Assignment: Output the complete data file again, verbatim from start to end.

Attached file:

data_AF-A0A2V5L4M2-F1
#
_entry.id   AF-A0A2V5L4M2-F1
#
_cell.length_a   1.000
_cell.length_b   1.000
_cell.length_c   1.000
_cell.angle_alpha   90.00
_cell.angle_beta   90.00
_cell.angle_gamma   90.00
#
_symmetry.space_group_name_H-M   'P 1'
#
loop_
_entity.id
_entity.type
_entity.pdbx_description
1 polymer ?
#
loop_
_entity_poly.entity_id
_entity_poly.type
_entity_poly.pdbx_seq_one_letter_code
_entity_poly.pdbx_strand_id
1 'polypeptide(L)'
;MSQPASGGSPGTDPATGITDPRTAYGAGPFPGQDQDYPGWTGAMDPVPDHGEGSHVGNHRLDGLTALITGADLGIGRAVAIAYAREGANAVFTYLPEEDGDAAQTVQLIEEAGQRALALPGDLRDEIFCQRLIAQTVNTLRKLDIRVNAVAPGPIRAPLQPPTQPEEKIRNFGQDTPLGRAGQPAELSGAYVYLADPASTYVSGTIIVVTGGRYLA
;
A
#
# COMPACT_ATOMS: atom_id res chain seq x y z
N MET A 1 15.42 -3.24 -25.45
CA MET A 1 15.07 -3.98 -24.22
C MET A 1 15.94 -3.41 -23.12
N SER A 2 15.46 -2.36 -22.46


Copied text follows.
data_AF-A0A2V5L4M2-F1
#
_entry.id   AF-A0A2V5L4M2-F1
#
_cell.length_a   1.000
_cell.length_b   1.000
_cell.length_c   1.000
_cell.angle_alpha   90.00
_cell.angle_beta   90.00
_cell.angle_gamma   90.00
#
_symmetry.space_group_name_H-M   'P 1'
#
loop_
_entity.id
_entity.type
_entity.pdbx_description
1 polymer ?
#
loop_
_entity_poly.entity_id
_entity_poly.type
_entity_poly.pdbx_seq_one_letter_code
_entity_poly.pdbx_strand_id
1 'polypeptide(L)'
;MSQPASGGSPGTDPATGITDPRTAYGAGPFPGQDQDYPGWTGAMDPVPDHGEGSHVGNHRLDGLTALITGADLGIGRAVAIAYAREGANAVFTYLPEEDGDAAQTVQLIEEAGQRALALPGDLRDEIFCQRLIAQTVNTLRKLDIRVNAVAPGPIRAPLQPPTQPEEKIRNFGQDTPLGRAGQPAELSGAYVYLADPASTYVSGTIIVVTGGRYLA
;
A
#
# COMPACT_ATOMS: atom_id res chain seq x y z
N MET A 1 15.42 -3.24 -25.45
CA MET A 1 15.07 -3.98 -24.22
C MET A 1 15.94 -3.41 -23.12
N SER A 2 15.46 -2.36 -22.46